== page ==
Should the government grant a general tax evasion amnesty?

A recent survey by Crowe Clark Whitehill has discovered that more than 75% of UK accountants favour the idea of a general amnesty for tax evaders.

Accountants from 97 firms were questioned about the LDF and the Anglo Swiss tax agreements and found that most preferred the idea of a General Disclosure Facility. In fact 79% said they would refer a GDF to their clients.

The most important feature of a GDF would be the guaranteed immunity from prosecution according to 33% of respondents. The promise of low fixed-rate penalties was thought most important by another 31% of accountants.

HMRC introduced the Liechtenstein Disclosure Facility in 2009, but 40% of accountants haven’t mentioned it to any of their clients.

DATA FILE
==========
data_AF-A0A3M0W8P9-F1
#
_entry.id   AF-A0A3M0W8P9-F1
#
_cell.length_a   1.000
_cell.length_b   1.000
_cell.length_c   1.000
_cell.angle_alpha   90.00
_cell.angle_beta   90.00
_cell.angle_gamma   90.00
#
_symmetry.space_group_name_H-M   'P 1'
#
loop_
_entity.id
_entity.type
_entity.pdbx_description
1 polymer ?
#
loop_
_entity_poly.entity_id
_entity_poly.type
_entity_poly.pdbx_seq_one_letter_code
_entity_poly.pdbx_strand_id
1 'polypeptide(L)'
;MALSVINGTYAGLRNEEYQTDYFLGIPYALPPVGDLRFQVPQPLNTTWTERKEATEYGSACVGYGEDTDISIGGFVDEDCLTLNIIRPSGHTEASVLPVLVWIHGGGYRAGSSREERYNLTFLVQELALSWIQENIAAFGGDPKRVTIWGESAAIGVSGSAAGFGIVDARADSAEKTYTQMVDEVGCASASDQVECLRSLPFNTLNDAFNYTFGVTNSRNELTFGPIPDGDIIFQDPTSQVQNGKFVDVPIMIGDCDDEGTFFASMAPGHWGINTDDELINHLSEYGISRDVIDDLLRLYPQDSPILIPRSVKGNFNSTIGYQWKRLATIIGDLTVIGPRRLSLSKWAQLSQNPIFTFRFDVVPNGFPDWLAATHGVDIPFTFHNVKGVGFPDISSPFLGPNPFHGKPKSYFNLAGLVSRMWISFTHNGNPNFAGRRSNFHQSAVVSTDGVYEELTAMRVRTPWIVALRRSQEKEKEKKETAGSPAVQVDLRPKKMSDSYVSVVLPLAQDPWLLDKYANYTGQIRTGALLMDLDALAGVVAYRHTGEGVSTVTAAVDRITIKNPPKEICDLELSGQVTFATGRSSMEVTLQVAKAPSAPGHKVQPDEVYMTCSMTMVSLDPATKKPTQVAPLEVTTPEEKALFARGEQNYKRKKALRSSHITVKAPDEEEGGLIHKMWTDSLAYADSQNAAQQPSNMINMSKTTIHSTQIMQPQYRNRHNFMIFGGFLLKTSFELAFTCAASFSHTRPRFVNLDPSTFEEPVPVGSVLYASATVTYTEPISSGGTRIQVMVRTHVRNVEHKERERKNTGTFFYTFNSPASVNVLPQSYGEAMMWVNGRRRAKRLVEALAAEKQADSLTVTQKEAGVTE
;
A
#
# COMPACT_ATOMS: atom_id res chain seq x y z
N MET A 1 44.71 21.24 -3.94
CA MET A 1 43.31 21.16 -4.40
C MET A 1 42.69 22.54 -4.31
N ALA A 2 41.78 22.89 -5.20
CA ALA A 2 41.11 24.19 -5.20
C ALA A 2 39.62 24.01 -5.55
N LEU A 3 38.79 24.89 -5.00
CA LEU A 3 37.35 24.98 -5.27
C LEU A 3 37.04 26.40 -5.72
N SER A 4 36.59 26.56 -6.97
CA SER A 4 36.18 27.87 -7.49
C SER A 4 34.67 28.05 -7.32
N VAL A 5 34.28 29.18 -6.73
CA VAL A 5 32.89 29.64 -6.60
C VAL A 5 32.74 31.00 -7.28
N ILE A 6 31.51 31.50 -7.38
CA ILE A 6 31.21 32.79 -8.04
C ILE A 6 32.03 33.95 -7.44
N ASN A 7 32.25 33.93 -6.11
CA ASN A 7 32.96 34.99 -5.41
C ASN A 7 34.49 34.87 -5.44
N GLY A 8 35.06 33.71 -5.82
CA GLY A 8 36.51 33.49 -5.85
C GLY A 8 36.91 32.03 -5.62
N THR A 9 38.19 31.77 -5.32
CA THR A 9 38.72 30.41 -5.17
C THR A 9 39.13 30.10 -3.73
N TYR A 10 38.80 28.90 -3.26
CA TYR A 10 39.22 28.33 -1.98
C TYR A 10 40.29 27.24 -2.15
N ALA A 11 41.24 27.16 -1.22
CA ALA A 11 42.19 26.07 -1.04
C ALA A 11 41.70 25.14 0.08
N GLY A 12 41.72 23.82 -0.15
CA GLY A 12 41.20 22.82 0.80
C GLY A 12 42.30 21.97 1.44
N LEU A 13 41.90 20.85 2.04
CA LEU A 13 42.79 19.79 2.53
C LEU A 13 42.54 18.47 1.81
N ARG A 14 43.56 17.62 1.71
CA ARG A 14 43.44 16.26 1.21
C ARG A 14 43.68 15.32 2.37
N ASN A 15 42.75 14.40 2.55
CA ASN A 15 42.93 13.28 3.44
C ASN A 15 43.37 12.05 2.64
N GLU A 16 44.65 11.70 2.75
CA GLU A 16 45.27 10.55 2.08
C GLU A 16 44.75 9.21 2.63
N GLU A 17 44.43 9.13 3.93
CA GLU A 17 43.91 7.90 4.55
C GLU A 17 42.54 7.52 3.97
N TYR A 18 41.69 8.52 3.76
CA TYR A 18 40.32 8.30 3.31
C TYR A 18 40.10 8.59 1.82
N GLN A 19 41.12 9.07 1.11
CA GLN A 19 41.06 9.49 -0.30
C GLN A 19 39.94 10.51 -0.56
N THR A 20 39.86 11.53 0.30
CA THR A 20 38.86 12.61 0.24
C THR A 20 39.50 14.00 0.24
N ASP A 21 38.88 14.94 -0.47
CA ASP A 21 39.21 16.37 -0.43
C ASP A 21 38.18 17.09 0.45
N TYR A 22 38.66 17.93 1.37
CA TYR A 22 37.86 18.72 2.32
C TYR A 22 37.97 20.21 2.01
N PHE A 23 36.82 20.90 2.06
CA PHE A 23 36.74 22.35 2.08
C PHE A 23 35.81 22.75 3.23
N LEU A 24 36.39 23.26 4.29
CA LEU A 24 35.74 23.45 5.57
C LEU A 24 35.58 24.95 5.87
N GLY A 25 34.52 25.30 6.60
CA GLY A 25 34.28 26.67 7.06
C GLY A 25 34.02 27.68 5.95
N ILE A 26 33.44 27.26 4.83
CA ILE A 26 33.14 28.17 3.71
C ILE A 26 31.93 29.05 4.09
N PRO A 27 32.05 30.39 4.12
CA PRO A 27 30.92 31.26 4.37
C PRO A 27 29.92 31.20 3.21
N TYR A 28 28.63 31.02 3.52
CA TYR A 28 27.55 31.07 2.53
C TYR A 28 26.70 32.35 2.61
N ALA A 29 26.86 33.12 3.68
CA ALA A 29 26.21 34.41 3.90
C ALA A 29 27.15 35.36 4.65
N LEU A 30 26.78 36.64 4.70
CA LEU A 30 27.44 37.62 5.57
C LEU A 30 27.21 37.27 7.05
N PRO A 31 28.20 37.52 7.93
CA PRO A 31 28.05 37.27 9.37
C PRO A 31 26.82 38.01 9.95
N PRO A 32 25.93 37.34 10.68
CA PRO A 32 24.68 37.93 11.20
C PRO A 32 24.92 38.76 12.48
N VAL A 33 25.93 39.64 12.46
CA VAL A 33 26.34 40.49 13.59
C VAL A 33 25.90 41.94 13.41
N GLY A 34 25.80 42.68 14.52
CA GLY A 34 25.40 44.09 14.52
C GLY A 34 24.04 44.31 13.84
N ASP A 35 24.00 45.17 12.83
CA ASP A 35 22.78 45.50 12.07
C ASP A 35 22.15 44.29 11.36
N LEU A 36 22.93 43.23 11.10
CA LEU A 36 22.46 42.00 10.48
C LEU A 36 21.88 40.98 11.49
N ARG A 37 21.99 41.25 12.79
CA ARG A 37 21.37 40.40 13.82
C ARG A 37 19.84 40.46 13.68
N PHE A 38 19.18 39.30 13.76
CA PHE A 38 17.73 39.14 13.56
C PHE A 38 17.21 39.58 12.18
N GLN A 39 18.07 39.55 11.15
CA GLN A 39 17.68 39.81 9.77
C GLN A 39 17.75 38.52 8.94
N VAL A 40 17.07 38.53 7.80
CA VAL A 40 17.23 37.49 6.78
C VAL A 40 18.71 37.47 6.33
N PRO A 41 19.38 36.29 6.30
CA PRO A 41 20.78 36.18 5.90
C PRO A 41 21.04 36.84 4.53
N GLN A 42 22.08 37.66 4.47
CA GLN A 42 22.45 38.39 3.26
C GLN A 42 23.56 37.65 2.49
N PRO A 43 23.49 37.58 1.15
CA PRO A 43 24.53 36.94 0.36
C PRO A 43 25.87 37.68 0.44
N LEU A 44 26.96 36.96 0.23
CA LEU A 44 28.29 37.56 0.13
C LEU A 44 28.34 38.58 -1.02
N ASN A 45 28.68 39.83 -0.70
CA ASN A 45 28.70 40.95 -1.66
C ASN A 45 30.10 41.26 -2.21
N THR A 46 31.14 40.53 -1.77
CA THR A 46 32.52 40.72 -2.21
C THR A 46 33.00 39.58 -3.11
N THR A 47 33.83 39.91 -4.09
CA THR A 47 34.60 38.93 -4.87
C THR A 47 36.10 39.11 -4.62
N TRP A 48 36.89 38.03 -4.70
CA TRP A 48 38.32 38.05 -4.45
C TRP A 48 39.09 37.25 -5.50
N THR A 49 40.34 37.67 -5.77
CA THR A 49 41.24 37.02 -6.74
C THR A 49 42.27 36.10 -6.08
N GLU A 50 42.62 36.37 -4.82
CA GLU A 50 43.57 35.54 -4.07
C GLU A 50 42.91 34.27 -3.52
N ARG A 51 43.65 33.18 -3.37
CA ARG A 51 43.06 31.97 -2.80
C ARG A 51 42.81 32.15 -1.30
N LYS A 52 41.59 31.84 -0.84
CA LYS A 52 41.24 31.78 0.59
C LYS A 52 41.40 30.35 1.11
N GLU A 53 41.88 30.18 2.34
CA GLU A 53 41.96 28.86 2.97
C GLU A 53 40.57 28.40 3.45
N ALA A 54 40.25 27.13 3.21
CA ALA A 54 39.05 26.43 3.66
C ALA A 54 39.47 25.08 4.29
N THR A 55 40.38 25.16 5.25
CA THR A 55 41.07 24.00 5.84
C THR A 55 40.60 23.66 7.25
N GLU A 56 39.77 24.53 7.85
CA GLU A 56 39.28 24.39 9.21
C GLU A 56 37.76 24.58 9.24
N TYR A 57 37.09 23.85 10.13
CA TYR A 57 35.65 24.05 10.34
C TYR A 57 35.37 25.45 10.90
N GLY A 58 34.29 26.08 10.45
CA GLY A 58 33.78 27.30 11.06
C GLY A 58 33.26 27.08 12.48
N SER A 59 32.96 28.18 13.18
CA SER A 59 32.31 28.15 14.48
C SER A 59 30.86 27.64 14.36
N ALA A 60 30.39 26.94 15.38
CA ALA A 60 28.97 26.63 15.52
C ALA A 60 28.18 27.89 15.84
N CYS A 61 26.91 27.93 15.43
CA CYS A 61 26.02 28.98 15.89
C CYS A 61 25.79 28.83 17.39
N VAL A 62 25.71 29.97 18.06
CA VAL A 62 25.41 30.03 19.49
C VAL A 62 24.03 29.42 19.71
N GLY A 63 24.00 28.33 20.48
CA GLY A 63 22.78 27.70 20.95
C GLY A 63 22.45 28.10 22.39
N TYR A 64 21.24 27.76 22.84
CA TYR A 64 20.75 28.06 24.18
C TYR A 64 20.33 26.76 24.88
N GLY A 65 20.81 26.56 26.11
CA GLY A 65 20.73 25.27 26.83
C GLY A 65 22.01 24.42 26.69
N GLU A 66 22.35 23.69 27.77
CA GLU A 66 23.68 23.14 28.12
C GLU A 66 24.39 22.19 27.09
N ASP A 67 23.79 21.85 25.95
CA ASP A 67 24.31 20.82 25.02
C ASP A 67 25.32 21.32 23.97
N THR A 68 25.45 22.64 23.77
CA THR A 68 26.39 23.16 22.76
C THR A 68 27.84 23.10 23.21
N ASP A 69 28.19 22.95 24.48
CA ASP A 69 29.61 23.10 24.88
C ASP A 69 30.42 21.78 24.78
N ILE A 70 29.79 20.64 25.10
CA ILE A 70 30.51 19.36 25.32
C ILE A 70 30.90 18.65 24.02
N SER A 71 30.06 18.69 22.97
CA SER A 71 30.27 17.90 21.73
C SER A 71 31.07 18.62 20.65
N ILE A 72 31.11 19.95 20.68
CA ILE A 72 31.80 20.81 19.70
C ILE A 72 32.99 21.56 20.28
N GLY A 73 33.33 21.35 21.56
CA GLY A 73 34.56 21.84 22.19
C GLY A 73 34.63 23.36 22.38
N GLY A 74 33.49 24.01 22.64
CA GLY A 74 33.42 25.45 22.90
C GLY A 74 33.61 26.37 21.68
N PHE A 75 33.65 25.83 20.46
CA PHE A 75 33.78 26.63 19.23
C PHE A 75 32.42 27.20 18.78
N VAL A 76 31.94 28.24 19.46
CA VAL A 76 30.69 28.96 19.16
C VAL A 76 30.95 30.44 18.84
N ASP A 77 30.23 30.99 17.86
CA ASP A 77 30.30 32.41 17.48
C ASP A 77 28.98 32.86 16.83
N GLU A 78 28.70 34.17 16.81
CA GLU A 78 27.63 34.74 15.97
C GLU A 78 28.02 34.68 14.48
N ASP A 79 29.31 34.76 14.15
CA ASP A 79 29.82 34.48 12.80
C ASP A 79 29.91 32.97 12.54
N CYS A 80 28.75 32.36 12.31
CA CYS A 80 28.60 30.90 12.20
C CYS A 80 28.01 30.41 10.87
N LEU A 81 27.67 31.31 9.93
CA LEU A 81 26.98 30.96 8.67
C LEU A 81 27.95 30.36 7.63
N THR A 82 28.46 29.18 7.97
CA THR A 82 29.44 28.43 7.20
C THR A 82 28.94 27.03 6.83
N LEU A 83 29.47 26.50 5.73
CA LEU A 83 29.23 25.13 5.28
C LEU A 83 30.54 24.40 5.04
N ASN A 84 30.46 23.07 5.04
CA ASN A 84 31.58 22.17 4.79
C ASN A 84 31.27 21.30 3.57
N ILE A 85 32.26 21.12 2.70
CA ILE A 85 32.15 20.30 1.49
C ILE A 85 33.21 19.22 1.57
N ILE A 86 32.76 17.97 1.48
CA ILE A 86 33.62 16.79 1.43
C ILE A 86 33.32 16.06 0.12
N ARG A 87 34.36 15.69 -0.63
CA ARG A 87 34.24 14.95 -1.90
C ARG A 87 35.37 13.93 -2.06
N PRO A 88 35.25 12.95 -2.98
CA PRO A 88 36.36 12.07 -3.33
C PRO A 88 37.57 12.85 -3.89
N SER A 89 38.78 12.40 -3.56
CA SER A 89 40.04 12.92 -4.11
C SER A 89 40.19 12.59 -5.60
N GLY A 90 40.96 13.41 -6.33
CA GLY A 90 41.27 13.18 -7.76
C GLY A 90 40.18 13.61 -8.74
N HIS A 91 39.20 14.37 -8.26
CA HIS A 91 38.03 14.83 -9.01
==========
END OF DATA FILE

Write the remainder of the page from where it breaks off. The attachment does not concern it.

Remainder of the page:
Sean Wakeman, from Crowe Clark Whitehill, said the results of the survey clearly indicate that the time is right for the government to introduce a general UK tax amnesty and accountants would be happy to promote such an amnesty to all of their clients.

If a general domestic tax amnesty was sold correctly, it could raise billions of pounds for the Treasury. According to the Revenue, £14.5 billion in direct taxes went uncollected in 2009-10. Direct taxes include capital gains tax, income tax and national insurance. Wakeman believes that a general amnesty would redress at least some of this imbalance.

The present government is determined to stamp out both tax evasion and tax avoidance, but the consensus among the accounting profession seems to suggest that it is going about achieving this in the wrong way.

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